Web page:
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23 March 2021

Integration of climate-environmental issues by the armed forces

by François Gemenne, co-director of the Defense & Climate Observatory, member of the IPCC, Sofia Kabbej, researcher at IRIS, Roman Monange, research assistant at IRIS, and Julia Tasse, researcher at IRIS, head of the Climate, Energy and Security Programme

Whether in terms of anticipating risks or threats to national security, vulnerability of military infrastructure, adaptation of equipment and training to the effects of rising average temperatures or extreme conditions (Arctic), it is clear that the impacts of climate change pose many challenges to the maintenance and implementation of the military effect of armed forces.

@Getty Images

The adaptation of military equipment – i.e. its capacity to respond to the current or future consequences of climate change (both the harmful and beneficial effects) – is thus a strategic issue for the ministries of defence that have taken up the problem. This can be seen in the analysis of communication strategies on this subject, with certain ministries of defence showing real proactivity on certain issues. The American Department of Defense (DoD), for example, has been publishing documents for personnel since 2014 to enable better adaptation of infrastructures to the impacts of climate change. Conversely, the DoD remains largely silent on equipment adaptation.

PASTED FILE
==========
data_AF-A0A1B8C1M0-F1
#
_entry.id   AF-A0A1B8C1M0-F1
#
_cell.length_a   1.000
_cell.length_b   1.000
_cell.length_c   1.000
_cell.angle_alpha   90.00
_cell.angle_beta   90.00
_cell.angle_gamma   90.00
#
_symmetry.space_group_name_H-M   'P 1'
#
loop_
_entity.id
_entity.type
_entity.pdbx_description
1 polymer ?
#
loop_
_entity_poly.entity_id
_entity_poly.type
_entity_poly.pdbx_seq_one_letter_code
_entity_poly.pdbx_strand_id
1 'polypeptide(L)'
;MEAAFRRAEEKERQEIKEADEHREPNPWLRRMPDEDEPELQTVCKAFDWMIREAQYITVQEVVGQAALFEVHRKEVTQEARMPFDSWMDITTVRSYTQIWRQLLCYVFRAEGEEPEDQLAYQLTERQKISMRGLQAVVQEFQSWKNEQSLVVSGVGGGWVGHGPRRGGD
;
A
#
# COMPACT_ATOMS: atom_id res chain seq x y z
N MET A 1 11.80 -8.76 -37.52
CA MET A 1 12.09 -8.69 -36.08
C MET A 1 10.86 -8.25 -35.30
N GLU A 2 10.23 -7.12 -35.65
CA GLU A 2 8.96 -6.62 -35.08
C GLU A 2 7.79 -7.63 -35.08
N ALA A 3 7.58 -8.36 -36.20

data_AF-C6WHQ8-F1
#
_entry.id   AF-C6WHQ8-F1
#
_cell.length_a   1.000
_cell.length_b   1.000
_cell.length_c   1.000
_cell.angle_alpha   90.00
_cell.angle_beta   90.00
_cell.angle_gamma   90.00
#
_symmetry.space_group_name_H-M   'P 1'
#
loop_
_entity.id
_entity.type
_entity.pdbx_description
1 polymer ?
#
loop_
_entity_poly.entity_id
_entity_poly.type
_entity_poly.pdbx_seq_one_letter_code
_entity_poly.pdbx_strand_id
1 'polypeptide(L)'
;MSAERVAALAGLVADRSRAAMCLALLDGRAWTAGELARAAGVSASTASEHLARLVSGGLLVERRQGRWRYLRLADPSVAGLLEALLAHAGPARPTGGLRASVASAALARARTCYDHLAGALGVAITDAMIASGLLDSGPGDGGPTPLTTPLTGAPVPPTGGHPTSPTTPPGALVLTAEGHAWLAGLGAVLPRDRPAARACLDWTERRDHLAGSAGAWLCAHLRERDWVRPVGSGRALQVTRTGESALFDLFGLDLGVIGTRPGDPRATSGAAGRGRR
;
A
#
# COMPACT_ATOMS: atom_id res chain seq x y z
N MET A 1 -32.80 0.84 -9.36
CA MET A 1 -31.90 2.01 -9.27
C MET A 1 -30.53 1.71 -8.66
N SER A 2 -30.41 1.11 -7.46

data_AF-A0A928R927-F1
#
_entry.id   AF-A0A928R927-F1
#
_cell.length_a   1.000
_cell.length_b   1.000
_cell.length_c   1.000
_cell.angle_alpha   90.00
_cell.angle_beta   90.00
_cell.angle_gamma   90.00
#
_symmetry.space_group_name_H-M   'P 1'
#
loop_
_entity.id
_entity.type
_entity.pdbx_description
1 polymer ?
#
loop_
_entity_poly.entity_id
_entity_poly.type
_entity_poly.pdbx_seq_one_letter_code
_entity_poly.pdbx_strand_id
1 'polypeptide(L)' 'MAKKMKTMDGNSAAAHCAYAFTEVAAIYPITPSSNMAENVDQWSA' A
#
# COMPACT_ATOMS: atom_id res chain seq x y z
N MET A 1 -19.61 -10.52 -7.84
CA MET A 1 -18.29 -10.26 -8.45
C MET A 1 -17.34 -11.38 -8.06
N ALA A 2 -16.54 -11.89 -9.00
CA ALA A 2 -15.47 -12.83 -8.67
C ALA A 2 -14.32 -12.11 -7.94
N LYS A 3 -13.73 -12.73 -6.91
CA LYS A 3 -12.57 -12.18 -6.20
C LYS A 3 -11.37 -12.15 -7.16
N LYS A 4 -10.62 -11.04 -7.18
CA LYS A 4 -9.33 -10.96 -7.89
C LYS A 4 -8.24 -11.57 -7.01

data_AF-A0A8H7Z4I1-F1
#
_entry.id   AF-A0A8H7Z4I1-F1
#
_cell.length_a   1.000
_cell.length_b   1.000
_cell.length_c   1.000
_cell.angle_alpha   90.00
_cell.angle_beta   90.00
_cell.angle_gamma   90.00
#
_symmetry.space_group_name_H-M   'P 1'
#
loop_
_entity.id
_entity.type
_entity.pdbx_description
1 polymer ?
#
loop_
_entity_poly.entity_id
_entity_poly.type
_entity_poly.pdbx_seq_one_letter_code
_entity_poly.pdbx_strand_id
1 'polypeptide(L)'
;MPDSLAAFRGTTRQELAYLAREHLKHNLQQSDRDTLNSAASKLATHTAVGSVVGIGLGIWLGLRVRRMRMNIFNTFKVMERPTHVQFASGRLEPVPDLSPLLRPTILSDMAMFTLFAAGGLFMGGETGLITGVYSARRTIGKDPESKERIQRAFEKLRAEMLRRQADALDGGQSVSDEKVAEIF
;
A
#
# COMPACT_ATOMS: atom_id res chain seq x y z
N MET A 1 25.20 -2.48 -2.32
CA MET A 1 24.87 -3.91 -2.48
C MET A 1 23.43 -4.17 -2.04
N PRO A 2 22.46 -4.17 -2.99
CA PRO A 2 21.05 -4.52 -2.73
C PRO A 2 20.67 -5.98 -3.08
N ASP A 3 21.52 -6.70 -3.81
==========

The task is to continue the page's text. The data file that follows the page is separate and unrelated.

The majority of armies that have taken up this issue, both from a doctrinal and operational point of view, are those of the highest income countries, and often the most modern (United States, United Kingdom in particular). It is therefore the question of resilience that is raised, with the objective of maintaining operational forces with a full capacity to operate, even under conditions modified by the impacts of climate change. The aim is to maintain or improve the military effect despite a deterioration in the operating environment. This almost exclusive appropriation of operational adaptation to climate change by the richest countries is interesting to note insofar as it is recognised that the magnitude of the impacts is all the greater for the poorest populations and countries (particularly in Africa, Latin America and South East Asia).

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